Veteran Texas music writer Joe Nick Patoski has delivered a fitting testament to Nelson's epic life with a new biography, appropriately titled An Epic Life (Little, Brown). A painstakingly researched 567-page tome, An Epic Life chronicles Nelson's slow, frustrating rise and his groundbreaking cultural achievement: linking earnest folkies, longhaired hippies, and C&W-loving cowboys under his inclusive tent.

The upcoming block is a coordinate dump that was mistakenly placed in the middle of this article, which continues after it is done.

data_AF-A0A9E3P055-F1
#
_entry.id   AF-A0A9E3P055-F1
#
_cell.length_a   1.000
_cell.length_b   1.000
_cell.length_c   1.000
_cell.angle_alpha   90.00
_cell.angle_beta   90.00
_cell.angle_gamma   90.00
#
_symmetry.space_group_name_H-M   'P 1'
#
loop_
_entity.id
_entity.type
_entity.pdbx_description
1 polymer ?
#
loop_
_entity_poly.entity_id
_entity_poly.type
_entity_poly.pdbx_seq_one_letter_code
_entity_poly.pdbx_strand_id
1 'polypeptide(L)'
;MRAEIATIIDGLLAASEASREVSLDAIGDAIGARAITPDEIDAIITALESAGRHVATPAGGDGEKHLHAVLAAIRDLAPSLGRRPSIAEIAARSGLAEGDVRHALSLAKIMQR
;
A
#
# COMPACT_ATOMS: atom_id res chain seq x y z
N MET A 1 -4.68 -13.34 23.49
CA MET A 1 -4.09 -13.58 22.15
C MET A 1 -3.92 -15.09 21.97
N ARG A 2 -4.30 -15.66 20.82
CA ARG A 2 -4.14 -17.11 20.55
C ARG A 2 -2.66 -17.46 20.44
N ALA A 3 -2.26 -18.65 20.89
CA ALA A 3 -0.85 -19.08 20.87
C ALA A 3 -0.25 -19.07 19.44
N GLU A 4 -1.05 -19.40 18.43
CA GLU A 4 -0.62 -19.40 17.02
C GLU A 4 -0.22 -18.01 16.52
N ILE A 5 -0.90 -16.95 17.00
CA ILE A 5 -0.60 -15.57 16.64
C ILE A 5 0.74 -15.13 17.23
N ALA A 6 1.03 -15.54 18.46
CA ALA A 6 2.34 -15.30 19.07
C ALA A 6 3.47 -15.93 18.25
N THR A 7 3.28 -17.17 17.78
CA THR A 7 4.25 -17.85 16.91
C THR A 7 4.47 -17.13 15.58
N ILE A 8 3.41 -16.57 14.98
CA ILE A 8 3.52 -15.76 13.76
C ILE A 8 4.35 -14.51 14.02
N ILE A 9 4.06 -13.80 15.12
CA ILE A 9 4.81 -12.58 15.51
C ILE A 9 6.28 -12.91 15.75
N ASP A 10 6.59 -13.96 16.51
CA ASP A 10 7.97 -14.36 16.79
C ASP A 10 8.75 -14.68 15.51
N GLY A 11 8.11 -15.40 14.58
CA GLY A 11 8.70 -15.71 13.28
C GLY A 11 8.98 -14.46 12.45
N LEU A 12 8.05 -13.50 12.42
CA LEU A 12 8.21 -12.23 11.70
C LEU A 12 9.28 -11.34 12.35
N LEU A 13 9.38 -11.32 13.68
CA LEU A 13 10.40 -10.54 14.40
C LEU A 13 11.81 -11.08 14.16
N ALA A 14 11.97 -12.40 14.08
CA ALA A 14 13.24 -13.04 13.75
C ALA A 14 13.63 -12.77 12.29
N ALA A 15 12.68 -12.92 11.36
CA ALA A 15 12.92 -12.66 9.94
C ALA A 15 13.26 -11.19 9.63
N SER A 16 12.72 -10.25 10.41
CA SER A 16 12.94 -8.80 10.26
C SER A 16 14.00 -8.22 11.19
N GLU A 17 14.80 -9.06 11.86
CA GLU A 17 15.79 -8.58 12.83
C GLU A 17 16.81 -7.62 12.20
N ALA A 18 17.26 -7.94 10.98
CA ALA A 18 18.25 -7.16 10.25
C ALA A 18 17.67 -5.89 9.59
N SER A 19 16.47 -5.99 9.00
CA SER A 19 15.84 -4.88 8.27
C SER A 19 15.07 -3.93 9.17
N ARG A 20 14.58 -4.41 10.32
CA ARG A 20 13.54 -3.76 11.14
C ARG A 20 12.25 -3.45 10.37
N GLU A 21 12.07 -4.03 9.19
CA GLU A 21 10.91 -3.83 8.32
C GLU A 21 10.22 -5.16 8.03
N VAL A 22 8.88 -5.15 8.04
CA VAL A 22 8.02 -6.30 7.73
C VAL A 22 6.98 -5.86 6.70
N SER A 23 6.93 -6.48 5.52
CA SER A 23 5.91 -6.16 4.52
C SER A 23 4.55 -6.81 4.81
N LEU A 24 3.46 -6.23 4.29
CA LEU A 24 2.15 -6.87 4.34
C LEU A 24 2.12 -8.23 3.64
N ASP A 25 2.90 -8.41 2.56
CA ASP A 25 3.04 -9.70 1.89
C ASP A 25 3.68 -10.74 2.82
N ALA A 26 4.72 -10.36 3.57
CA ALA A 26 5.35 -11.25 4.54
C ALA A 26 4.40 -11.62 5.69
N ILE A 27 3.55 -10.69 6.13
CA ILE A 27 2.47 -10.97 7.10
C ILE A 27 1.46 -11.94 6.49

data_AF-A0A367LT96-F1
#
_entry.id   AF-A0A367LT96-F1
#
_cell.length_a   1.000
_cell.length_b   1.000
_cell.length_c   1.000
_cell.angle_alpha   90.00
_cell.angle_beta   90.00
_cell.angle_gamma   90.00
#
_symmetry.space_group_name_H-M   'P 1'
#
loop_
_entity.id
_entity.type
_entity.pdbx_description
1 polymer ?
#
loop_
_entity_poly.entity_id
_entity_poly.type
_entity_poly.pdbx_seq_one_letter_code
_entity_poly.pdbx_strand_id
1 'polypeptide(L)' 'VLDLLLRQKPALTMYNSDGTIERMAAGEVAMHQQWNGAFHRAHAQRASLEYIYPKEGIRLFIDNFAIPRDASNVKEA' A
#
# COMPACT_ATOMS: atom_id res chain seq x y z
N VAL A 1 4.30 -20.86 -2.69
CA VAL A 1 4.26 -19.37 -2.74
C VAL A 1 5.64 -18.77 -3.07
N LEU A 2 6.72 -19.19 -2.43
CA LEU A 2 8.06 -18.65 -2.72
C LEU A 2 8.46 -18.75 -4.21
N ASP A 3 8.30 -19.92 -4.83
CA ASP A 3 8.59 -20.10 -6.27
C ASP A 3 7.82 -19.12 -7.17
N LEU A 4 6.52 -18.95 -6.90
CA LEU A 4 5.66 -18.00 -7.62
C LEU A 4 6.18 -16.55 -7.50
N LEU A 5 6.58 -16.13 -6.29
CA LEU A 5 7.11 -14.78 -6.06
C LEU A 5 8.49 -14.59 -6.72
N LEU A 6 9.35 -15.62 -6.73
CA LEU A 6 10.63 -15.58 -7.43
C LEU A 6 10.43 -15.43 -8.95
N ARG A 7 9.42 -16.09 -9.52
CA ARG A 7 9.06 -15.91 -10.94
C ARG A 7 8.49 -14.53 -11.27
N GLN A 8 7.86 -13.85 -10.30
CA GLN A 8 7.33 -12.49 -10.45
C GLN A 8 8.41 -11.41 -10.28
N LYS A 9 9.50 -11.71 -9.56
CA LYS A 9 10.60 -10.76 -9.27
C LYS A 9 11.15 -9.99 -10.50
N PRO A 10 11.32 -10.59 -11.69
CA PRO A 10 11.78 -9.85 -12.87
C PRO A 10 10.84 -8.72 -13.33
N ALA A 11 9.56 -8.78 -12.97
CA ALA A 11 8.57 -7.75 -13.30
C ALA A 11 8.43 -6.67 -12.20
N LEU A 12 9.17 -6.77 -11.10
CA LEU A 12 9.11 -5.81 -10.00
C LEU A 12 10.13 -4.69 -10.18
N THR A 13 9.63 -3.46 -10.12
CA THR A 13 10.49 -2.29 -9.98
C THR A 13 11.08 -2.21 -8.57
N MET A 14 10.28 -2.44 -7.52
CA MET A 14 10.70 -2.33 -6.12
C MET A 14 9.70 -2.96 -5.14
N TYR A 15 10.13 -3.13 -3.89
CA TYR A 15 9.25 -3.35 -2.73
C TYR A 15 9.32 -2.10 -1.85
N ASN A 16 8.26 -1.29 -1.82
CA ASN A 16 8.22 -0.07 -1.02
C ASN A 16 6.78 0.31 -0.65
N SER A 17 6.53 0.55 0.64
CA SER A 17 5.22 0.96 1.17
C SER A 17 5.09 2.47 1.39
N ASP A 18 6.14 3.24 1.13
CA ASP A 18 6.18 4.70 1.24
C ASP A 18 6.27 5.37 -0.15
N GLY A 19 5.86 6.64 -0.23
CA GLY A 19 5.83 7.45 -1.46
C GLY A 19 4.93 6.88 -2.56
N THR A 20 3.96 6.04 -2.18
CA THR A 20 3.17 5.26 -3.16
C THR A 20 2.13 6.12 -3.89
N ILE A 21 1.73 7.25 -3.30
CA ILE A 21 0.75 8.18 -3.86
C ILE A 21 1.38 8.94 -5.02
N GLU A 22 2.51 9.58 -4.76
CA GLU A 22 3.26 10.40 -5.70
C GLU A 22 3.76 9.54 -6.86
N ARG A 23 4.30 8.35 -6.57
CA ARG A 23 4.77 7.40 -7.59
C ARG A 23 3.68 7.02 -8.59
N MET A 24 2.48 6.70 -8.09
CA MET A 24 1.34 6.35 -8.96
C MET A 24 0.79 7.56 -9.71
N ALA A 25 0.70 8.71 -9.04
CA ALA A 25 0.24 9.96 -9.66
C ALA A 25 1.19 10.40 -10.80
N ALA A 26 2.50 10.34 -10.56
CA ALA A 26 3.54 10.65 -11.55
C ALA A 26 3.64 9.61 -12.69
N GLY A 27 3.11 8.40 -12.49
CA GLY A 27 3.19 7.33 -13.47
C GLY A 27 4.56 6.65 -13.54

Among the great anecdotes: A young Willie getting a job in Nashville as an encyclopedia salesman, and quickly quitting when a dog chased him back to the car; Willie, aware that Patsy Cline didn't care for his music, sheepishly waiting in the car while his music publisher, Hank Cochran, tried to sell "Crazy" to her; a drunk Jerry Jeff Walker trying to grab Nelson's beloved guitar, Trigger, and getting a good pummeling for his efforts; and Nelson having an epiphany when he saw a hippie rock band called Freda and the Firedogs (led by a very young Marcia Ball) play an Austin benefit for legislative candidate Lloyd Doggett at the Broken Spoke, a haven for the kicker crowd. Willie called his old friend Waylon Jennings, told him that something was stirring in Austin, and the rest is Outlaw Country history.
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